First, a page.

HOFFMAN: As you’ve already heard, scaling companies around a clear mission is good business. But that success sometimes comes on a longer timeline. And if you can’t stay competitive on talent in the short term, your chances of hitting those long-term goals go down.
What these startup founders needed was some kind of competitive differentiation that set them apart.
In 2016, they found their answer: the Founder’s Commitment.
DIXON: The Kapor Capital Founders’ Commitment is the commitment companies make to build a diverse and inclusive workplace from the start, not waiting till you’re 100, 1,000, or more employees, but when you’re just getting started.
HOFFMAN: The Founder’s Commitment wasn’t retroactive, which explains why Uber never signed it, but many other companies already in the portfolio did. Because the desire to build diverse cultures didn’t just come from the investor side.
DIXON: The goals come from the founders, and not from us. Because at the end of the day, it should be authentic to the founder and they should set goals the same way that they’re setting goals for financial goals or headcount goals or the number of customers.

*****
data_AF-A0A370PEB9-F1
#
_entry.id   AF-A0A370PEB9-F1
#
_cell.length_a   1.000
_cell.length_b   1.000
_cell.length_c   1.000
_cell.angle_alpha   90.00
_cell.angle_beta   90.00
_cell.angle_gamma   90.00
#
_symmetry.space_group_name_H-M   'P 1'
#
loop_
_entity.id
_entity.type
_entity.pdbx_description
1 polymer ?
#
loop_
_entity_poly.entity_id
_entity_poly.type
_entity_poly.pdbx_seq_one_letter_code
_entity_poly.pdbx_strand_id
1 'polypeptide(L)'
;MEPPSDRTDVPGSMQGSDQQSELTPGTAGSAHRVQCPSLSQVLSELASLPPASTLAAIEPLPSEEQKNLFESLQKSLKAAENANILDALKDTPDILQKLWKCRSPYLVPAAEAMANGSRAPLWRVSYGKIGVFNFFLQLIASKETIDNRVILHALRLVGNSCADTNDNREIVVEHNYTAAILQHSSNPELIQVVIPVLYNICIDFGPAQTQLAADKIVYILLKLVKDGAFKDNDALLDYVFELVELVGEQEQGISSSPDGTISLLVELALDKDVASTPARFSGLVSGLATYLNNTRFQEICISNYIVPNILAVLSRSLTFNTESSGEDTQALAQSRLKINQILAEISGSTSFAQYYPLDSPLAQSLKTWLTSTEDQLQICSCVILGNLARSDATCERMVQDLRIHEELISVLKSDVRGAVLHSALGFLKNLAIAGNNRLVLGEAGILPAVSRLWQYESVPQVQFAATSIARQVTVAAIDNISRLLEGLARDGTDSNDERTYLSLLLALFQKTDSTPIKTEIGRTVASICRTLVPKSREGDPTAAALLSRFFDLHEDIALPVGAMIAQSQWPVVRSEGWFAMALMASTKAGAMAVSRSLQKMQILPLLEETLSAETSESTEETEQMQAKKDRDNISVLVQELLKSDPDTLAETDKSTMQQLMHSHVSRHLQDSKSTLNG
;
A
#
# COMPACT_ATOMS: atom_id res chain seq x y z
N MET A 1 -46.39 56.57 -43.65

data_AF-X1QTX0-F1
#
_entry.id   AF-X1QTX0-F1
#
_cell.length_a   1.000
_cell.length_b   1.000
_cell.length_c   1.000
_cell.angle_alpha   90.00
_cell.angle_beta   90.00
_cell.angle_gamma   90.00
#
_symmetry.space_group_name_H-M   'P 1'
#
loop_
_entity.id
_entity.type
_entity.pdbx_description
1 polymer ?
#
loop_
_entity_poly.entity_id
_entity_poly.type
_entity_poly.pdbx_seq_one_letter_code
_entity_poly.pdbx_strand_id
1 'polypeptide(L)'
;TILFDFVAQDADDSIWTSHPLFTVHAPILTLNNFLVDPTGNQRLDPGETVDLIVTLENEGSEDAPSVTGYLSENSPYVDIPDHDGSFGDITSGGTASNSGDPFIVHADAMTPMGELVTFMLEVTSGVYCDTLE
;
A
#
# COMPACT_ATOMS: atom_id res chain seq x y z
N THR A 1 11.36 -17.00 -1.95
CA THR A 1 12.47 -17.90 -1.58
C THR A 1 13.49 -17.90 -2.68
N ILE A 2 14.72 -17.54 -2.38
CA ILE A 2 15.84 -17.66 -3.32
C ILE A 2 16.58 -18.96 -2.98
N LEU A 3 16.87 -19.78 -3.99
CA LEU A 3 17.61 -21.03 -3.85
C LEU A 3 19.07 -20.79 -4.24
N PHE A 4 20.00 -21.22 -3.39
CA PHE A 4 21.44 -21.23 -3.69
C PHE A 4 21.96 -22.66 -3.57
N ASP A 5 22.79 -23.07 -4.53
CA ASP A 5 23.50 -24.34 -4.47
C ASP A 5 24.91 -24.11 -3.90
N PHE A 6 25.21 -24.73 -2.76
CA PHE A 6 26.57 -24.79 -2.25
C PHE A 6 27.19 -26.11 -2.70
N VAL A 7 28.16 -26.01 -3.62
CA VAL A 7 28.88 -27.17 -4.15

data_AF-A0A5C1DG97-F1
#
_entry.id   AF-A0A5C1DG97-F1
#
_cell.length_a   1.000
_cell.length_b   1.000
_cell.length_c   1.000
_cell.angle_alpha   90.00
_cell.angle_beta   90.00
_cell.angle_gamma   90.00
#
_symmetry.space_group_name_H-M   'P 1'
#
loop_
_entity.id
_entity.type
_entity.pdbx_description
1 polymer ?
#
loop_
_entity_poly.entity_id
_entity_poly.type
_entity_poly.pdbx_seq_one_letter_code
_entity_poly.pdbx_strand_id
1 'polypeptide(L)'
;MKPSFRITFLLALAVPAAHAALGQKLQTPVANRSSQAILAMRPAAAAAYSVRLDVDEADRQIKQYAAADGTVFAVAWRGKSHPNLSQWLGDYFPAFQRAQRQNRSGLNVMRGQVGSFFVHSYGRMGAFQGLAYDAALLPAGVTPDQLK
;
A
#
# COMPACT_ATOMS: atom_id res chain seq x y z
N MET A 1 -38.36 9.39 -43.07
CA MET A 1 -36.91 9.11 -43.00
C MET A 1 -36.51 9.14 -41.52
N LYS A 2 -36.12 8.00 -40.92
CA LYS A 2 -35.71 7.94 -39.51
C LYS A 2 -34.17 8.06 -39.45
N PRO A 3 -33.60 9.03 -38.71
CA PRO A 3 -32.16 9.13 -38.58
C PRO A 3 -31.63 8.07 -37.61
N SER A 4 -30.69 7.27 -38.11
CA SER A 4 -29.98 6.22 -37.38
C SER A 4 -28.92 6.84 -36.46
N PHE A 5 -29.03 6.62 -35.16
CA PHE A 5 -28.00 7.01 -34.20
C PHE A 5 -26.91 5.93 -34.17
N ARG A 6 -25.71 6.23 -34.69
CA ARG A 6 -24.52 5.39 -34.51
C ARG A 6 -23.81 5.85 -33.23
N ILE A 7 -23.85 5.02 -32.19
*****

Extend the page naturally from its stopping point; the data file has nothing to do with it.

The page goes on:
HOFFMAN: Not only do these diversity goals need to be specific; the founder needs a strategy to achieve them. But that’s something Kapor Capital helps with too. Brian has an example.
DIXON: I won’t name the company. From an investment standpoint, it was a rocket ship of a company and the founder had a challenge where they had diverse employees on the sales team, on the HR team, but the engineering team was mostly white and mostly male.